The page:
Realising the benefits requires an equally innovative and advanced ground network – space and ground components working seamlessly to detect changes in customer demand and dynamically reconfigure capacity and service coverage. The future is software-defined everything! Satellite beam size, power and bandwidth change in response to signals from terminals, hubs and our advanced resource management system, providing continuous connectivity over land, sea and air, resulting in uninterrupted, high-quality service for aircraft and ships.

The combination of ground network innovations with these satellites enables greater agility, flexibility and automated network orchestration. Software-defined technology will bring more flexibility in space so that people on the ground can adapt to market changes and create connectivity on demand, where and when needed.

While all software-defined satellites announced so far are geostationary (GEO), what ultimately matters for end users is not the orbit or the frequency band, it is the network’s performance, availability and value proposition. We believe strongly that GEO has the best economics from a cost-per-bit and total cost of ownership perspective and will always be well-positioned to address these key requirements.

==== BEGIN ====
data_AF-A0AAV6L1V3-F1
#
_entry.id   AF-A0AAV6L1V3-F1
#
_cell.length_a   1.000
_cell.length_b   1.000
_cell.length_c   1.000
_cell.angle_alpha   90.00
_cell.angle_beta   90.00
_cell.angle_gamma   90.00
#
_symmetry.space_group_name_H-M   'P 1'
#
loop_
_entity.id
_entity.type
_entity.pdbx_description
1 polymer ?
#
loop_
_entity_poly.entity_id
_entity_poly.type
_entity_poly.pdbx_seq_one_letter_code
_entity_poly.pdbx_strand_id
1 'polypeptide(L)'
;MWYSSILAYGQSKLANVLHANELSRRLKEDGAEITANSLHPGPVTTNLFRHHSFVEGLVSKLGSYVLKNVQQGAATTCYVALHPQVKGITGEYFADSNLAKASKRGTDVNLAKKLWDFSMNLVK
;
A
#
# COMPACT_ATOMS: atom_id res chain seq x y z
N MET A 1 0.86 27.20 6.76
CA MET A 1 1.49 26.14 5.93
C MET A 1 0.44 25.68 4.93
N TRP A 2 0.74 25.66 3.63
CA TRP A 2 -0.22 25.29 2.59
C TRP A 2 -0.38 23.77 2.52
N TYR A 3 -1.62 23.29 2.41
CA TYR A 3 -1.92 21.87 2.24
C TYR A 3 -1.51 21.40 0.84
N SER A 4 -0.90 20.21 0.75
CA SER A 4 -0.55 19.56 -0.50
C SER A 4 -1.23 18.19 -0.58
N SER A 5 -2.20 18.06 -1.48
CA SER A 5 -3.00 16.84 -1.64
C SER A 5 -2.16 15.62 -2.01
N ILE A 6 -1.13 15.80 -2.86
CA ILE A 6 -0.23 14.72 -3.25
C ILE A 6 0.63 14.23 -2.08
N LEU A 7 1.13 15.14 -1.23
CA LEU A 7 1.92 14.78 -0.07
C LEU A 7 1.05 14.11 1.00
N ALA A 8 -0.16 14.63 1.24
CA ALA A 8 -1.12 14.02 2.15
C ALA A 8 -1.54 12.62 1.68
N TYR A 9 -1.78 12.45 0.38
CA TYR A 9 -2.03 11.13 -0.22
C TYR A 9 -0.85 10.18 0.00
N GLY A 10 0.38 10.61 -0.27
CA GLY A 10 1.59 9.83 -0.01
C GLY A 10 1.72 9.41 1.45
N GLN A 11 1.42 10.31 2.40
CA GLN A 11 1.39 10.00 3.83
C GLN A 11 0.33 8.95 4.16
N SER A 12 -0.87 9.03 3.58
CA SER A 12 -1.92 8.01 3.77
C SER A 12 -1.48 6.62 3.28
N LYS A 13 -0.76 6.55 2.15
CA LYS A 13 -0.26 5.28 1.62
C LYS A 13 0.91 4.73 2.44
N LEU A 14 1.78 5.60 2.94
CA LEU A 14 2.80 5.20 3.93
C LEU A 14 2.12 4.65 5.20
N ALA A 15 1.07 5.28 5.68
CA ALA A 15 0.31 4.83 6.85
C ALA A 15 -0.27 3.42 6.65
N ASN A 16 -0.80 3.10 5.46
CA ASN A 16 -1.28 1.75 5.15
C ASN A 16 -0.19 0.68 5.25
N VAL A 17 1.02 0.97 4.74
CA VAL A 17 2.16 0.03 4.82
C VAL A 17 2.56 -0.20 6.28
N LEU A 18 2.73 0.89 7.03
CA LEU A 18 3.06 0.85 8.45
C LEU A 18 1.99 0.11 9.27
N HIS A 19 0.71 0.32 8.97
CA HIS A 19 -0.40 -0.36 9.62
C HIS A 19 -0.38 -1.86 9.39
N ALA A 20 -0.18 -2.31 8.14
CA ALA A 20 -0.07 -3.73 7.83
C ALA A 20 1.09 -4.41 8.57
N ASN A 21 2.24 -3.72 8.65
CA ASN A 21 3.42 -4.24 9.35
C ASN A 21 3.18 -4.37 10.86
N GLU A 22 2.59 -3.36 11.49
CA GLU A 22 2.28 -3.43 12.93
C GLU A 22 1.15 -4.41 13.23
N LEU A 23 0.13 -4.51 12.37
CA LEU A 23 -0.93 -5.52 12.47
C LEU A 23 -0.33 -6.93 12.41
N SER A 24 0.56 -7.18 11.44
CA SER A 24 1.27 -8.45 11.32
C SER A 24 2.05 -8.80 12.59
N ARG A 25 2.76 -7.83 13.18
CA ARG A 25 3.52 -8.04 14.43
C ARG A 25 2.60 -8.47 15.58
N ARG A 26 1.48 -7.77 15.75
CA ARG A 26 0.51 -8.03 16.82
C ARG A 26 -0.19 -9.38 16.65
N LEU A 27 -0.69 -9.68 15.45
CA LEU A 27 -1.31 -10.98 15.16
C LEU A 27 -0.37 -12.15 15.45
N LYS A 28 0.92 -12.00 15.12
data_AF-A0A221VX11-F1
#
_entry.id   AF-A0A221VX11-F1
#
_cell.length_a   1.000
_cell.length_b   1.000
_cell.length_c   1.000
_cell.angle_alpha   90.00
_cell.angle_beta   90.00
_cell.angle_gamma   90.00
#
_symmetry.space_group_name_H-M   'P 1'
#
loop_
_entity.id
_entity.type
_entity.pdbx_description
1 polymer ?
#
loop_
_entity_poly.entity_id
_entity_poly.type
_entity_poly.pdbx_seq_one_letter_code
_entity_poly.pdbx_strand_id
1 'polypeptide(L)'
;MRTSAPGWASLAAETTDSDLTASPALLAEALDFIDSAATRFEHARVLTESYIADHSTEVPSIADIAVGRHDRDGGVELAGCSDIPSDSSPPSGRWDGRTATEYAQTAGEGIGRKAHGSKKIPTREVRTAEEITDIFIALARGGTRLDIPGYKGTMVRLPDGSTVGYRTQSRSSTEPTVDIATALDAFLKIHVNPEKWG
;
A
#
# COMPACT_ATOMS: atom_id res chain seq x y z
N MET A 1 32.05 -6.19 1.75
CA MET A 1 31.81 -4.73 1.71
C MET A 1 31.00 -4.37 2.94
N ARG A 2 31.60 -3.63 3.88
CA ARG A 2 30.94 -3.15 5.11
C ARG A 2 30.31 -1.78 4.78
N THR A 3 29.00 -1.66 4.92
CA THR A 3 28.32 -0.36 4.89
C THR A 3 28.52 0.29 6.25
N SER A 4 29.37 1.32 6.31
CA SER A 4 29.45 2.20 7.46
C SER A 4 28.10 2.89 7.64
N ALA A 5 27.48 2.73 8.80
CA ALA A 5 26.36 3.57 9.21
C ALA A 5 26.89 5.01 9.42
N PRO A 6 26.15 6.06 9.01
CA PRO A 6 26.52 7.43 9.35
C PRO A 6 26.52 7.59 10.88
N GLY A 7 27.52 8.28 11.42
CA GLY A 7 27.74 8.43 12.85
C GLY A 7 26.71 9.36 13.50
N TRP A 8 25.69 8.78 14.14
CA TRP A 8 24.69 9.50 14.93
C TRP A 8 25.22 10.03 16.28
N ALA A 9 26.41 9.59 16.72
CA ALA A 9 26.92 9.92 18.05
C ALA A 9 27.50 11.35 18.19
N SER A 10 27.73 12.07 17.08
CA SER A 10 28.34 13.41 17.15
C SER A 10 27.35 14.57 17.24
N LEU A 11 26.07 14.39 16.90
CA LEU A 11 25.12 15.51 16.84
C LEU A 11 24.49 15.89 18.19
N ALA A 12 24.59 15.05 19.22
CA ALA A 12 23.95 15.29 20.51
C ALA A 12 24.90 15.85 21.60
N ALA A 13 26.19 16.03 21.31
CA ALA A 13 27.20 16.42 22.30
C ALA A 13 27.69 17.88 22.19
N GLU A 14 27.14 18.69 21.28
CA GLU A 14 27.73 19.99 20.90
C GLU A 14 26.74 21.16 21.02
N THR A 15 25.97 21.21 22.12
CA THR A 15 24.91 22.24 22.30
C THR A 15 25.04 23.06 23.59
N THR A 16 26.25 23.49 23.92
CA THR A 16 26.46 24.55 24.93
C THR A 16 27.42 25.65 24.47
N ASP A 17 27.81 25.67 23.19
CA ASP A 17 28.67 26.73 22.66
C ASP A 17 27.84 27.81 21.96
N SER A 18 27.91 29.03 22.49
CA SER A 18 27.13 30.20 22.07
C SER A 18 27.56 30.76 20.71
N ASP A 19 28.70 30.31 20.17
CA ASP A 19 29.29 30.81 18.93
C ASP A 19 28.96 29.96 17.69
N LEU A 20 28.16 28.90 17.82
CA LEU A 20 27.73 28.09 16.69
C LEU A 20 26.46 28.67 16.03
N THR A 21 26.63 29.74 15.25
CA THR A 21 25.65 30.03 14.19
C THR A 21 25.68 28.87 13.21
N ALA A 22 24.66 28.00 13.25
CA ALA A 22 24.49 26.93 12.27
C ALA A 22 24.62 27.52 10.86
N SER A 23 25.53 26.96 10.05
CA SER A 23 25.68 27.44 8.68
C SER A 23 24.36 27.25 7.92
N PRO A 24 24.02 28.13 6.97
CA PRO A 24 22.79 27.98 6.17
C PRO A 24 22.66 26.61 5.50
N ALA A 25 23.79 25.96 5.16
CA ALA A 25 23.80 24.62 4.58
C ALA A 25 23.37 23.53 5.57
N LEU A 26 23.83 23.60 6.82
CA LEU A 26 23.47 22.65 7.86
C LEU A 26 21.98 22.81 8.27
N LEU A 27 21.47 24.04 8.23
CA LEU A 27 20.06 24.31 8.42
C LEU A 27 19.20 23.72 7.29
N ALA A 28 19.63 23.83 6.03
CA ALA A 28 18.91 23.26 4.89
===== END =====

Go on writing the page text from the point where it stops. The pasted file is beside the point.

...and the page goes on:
While all software-defined satellites announced so far are geostationary, what ultimately matters for end users is not the orbit or the frequency band, it is the network’s performance, availability and value proposition” – Carmel Ortiz, VP, Systems Innovation, Intelsat.

GEO satellites are unmatched in their ability to focus coverage over densely populated areas; even more so with software-defined GEO satellites, which means no wasted capacity over unpopulated areas. Having said that, non-geostationary (NGSO) constellations have compelling benefits in terms of latency, terminal look angle and ubiquity. We fully believe that ultimately the best networks will be multi-orbit, combining the benefits of GEO and NGSO in a complementary way.

Unleashing 5G and new apps

5G will open up a new era for communications, bringing more homes and enterprises online, increasing throughput and efficiency, enabling more powerful applications and opening new business opportunities. The technology will make the fourth industrial revolution a reality, with 5G-powered smart cities, smart homes and smart agriculture transforming the way we live and work.